Now Ashley might have made a different choice. Perhaps somebody told her along the way that the source of her mother's problems were blacks who were on welfare and too lazy to work, or Hispanics who were coming into the country illegally. But she didn't. She sought out allies in her fight against injustice.

Anyway, Ashley finishes her story and then goes around the room and asks everyone else why they're supporting the campaign. They all have different stories and reasons. Many bring up a specific issue. And finally they come to this elderly black man who's been sitting there quietly the entire time. And Ashley asks him why he's there. And he does not bring up a specific issue. He does not say health care or the economy. He does not say education or the war. He does not say that he was there because of Barack Obama. He simply says to everyone in the room, "I am here because of Ashley."

"I'm here because of Ashley." By itself, that single moment of recognition between that young white girl and that old black man is not enough. It is not enough to give health care to the sick, or jobs to the jobless, or education to our children.

But it is where we start. It is where our union grows stronger. And as so many generations have come to realize over the course of the two-hundred and twenty one years since a band of patriots signed that document in Philadelphia, that is where the perfection begins

Tuesday, March 18, 2008

Pink Hat

Spring Cleaning and Lucha Libre With Emilio Charles.

Well, I am too busy to blog because spring cleaning...yep...I just emptied my kitchen cupboards, wiped them down and then laid brown kraft paper and returned the food...also includes cleaning up and editing the computer.

We really haven't been able to do much the past couple weeks because there wasn't any space left on computer...had to delete some music, some movies just in order to do anything...including adding external hard drive. I was in the middle of editing some film footage and downloading the Mexican Wrestling a few weeks ago when the gravity of the situation hit today I managed to upload a couple of videos.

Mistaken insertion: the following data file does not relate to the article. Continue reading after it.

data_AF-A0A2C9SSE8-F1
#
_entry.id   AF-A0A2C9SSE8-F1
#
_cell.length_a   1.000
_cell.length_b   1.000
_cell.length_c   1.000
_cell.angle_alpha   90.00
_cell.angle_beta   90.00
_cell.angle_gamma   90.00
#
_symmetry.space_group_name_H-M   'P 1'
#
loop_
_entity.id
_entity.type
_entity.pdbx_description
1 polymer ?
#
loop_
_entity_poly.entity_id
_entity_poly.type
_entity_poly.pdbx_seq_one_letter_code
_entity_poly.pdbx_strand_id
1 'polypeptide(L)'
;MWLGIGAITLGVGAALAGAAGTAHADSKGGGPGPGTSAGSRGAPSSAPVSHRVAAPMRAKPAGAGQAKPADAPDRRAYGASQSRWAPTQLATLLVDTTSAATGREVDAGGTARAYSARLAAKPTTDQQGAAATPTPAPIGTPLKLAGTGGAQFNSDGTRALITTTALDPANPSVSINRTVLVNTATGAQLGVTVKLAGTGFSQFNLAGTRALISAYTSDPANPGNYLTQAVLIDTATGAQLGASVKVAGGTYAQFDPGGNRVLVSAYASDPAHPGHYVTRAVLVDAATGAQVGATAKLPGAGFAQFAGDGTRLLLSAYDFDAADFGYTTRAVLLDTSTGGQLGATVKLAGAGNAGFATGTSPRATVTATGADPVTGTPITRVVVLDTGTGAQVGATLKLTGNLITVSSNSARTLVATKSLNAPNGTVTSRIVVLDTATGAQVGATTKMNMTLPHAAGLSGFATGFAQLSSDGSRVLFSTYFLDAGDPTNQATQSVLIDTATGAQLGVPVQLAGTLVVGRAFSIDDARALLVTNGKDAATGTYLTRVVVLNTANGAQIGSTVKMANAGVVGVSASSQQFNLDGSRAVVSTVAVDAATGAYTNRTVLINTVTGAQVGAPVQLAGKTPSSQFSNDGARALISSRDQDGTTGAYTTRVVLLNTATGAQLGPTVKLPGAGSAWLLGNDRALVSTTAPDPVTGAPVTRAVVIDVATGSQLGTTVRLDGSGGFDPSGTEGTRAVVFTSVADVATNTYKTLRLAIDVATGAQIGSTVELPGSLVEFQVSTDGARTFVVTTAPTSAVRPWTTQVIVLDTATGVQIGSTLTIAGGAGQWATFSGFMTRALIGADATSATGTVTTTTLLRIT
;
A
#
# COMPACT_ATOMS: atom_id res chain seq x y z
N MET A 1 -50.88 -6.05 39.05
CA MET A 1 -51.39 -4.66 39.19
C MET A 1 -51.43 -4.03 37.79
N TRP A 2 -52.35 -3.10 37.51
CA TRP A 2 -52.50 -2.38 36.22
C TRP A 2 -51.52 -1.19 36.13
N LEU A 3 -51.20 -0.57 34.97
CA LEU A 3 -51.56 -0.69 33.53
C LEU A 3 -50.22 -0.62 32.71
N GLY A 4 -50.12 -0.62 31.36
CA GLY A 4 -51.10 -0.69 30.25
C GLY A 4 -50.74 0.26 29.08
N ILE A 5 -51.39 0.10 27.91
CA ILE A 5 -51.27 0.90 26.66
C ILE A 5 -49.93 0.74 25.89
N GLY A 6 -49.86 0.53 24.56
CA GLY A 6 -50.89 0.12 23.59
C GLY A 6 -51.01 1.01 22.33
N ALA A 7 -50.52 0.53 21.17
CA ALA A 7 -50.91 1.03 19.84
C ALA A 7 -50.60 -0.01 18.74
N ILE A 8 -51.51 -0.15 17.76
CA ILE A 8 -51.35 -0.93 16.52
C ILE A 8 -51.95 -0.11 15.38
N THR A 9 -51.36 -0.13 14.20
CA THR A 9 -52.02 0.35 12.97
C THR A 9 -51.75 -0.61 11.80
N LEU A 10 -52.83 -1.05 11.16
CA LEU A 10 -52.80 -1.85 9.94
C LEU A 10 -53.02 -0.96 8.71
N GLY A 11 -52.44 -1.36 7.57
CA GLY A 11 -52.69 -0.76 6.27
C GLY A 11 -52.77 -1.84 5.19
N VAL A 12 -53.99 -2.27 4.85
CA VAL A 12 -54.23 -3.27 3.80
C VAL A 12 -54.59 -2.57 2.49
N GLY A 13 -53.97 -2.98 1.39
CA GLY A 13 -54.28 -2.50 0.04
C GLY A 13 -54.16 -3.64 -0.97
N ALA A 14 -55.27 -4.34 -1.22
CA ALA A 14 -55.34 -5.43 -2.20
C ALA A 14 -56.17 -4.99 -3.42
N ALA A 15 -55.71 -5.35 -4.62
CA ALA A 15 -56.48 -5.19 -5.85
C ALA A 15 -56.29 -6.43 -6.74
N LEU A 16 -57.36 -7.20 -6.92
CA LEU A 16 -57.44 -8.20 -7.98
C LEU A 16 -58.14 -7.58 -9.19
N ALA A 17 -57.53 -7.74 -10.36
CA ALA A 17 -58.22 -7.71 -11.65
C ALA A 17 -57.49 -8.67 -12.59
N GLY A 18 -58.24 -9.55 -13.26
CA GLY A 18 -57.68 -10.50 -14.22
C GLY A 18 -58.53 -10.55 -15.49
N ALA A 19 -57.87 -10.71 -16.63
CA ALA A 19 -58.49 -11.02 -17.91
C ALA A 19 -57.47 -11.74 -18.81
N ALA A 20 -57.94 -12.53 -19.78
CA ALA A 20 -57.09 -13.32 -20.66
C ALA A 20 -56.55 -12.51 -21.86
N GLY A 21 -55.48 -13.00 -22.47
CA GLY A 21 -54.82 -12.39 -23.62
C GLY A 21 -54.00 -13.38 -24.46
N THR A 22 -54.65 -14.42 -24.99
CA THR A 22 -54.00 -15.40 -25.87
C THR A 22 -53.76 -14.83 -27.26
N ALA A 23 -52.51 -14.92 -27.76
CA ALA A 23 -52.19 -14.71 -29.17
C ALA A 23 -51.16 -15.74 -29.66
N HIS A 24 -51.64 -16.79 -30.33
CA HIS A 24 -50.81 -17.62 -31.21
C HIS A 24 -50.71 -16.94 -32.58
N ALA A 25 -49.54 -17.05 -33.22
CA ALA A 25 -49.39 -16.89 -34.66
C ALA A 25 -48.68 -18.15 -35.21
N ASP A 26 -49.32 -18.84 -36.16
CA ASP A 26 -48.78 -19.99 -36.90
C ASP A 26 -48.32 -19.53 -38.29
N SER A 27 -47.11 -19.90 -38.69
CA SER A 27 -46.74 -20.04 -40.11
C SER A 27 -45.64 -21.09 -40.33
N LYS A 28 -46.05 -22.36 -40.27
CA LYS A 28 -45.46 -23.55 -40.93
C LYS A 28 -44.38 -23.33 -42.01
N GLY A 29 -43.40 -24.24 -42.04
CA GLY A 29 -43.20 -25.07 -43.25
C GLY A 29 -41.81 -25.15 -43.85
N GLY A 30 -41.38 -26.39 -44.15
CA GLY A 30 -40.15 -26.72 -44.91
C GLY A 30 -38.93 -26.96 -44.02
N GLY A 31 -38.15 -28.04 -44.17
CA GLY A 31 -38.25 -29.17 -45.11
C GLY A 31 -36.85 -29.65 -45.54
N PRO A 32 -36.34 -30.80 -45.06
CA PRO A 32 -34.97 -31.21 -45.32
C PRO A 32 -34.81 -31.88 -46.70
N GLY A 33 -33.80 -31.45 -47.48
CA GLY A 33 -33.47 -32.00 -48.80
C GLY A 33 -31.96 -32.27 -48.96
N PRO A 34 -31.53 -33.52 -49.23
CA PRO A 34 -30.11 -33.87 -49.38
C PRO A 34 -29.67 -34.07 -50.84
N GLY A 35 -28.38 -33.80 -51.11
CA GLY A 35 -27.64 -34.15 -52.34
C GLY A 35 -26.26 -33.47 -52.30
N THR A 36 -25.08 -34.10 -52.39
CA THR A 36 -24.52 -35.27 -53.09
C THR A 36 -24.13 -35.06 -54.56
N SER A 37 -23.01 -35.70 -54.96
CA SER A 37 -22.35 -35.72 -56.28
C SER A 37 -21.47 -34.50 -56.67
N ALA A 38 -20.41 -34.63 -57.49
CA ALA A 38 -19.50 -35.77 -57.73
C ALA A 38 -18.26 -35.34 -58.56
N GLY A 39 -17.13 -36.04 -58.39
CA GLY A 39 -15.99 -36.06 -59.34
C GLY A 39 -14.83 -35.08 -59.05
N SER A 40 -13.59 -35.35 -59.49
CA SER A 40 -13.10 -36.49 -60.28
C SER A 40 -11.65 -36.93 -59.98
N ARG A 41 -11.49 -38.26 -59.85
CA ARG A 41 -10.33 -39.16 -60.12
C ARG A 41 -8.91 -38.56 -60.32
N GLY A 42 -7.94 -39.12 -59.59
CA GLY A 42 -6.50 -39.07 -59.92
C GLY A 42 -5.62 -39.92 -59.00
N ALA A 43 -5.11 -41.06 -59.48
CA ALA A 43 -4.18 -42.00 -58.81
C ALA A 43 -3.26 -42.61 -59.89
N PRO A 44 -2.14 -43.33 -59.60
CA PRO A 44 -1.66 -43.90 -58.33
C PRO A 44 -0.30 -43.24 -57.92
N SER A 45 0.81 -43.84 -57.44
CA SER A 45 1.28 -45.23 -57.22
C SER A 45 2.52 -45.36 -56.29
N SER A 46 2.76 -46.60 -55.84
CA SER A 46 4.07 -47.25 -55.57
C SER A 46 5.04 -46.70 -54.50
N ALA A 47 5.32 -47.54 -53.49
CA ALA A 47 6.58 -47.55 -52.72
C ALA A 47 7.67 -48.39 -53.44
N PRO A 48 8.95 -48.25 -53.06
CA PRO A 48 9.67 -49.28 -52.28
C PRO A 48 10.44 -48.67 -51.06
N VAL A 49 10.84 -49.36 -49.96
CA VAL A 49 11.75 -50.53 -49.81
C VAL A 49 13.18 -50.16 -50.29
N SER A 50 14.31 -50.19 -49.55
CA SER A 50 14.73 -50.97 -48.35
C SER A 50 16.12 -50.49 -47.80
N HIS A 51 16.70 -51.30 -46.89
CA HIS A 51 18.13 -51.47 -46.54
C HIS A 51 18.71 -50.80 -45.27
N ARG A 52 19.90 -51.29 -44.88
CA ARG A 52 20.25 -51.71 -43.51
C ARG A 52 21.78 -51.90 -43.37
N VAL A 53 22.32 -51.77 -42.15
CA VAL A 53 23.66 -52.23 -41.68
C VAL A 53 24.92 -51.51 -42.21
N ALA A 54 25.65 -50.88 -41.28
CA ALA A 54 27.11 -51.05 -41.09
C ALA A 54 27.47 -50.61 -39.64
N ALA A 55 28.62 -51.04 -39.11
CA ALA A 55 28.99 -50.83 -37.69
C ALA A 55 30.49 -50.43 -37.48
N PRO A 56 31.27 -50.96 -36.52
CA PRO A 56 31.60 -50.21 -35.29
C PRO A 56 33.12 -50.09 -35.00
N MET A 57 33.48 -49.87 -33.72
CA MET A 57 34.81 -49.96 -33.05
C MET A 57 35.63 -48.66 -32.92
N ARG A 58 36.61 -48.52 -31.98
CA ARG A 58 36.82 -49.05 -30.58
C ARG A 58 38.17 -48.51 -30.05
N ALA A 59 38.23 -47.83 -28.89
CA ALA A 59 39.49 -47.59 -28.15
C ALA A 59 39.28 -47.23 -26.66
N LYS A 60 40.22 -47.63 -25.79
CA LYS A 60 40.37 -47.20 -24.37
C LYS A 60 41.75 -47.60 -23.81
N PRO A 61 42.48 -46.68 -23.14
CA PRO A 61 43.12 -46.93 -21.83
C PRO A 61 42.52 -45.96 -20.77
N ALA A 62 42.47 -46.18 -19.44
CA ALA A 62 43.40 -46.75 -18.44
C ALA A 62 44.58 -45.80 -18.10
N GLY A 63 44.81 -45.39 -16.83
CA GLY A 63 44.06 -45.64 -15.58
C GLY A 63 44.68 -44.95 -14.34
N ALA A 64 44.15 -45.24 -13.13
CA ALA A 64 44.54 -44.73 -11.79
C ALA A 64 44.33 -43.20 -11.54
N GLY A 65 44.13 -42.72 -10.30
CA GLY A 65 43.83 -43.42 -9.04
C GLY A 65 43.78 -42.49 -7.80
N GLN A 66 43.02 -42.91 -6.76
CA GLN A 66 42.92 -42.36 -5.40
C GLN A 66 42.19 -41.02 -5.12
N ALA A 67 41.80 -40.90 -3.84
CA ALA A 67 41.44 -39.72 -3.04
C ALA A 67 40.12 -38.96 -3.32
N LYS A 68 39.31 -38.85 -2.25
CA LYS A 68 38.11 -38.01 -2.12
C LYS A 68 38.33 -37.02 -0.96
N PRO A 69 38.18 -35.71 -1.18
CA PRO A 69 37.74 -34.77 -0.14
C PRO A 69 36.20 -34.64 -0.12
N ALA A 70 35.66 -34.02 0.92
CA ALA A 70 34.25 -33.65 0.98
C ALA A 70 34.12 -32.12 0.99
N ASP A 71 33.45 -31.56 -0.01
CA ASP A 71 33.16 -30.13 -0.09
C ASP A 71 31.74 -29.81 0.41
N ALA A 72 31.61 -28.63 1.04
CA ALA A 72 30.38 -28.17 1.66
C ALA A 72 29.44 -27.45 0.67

Emilio Charles Jr.
Real name Sergio Emilio Charles Garduño
Nicknames El Rey del "Beautiful" (The King of Beautiful)
Name history Emilio Charles Jr. (Professional wrestling debut: - )
Family Emilio Charles (father), Terrible (son)
Trained by: Diablo Velasco, Abuelo Carrillo
Birth date October 12, 1956 - Monterrey, Nuevo León
Professional wrestling debut: February 1980 - Arena Jalisco - Guadalajara, Jalisco
Height 5'9"/176 cms
Weight 196 lbs/89 kg
Signature moves Flying Splash, Lariat, Flying Dropkick, La Silla, Huracarrana
Wrestling Title s: Distrito Federal Heavyweight Wrestling Title , NWA World Middleweight Wrestling Title (2), National Trios Wrestling Titles (with Vulcano & Tony Arce), National Middleweight Wrestling Title , CMLL World Middleweight Wrestling Title , CMLL World Tag Team Wrestling Titles (with Dr. Wagner Jr.), CMLL World Trios Wrestling Titles (2, with Sangre Chicana & Bestia Salvaje - Los Chacales -, with Satánico & Rey Bucanero).

Sunday, March 16, 2008

Art Criminal Intent

From an episode titled "Art"...

(Goren and Eames are gazing at a Monet)
Eames: It's beautiful.
Goren: Yeah...Impressionists are too pretty.
Alex Eames: Right. You probably like those sweaty, naked people in the next room.
Robert Goren: Lucien Freud. As a matter of fact, I do.
Alex Eames: You can't put that stuff in your home. You can't live with it.
Robert Goren: Well, I'm not interested in living with it. I'm interested in... thinking about it.

Water Lily Pond With Weeping Willow, 1919. Claude Monet.

Girl With White Dog,, 1952. Lucien Freud.